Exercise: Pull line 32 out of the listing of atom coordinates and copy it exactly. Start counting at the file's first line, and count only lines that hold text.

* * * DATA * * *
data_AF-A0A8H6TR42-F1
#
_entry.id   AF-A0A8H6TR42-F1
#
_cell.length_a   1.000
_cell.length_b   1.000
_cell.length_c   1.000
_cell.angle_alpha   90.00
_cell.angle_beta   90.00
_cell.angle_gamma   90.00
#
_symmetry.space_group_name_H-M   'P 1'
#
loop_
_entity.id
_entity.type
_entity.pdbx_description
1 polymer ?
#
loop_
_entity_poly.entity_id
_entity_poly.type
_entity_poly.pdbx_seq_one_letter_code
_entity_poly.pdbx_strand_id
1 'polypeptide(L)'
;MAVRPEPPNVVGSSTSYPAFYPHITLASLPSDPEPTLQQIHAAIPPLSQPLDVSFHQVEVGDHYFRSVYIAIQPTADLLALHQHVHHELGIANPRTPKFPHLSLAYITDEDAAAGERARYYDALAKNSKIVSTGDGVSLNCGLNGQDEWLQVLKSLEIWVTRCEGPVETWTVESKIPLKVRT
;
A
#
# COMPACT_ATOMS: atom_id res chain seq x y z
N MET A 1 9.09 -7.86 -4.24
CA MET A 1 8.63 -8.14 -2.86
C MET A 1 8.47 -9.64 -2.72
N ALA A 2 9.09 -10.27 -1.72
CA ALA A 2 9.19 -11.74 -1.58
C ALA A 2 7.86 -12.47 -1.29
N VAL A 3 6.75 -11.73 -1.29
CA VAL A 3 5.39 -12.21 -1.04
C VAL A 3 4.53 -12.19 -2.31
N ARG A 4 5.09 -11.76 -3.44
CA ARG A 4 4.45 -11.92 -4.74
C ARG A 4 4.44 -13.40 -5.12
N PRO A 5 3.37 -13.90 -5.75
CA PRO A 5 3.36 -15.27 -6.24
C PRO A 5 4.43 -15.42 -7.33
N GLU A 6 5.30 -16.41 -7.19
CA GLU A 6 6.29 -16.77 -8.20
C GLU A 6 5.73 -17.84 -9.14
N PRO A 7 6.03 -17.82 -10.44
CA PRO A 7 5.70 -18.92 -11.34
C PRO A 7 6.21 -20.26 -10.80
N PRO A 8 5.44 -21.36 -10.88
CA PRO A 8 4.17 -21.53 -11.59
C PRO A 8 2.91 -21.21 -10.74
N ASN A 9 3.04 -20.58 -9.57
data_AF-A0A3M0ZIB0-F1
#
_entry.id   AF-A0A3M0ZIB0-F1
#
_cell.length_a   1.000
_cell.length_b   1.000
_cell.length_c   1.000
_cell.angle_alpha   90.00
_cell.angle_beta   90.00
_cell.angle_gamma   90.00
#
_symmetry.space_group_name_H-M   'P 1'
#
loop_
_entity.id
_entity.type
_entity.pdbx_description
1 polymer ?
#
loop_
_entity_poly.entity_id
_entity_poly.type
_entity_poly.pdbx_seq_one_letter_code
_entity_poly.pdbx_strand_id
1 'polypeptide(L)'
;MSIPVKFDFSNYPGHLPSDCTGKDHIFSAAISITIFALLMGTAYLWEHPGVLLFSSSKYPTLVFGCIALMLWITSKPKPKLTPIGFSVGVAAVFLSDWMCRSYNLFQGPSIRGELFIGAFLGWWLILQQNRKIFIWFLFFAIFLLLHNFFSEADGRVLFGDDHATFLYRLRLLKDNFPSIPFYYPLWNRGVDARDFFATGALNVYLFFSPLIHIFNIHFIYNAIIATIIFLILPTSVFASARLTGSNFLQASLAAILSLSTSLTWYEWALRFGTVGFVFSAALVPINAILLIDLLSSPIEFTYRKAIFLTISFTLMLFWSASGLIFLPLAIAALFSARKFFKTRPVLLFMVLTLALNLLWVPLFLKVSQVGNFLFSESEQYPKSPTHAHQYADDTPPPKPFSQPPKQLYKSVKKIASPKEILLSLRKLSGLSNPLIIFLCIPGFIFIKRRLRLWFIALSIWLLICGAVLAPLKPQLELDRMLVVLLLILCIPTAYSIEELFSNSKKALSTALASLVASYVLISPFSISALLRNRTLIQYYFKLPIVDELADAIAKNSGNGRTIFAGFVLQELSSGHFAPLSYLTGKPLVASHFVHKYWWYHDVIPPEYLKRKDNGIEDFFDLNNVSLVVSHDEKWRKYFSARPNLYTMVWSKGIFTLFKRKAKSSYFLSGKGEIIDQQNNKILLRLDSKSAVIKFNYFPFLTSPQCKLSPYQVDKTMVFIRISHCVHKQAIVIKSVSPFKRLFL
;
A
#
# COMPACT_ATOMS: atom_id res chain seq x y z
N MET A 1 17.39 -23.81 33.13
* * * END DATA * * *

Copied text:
CA MET A 1 8.63 -8.14 -2.86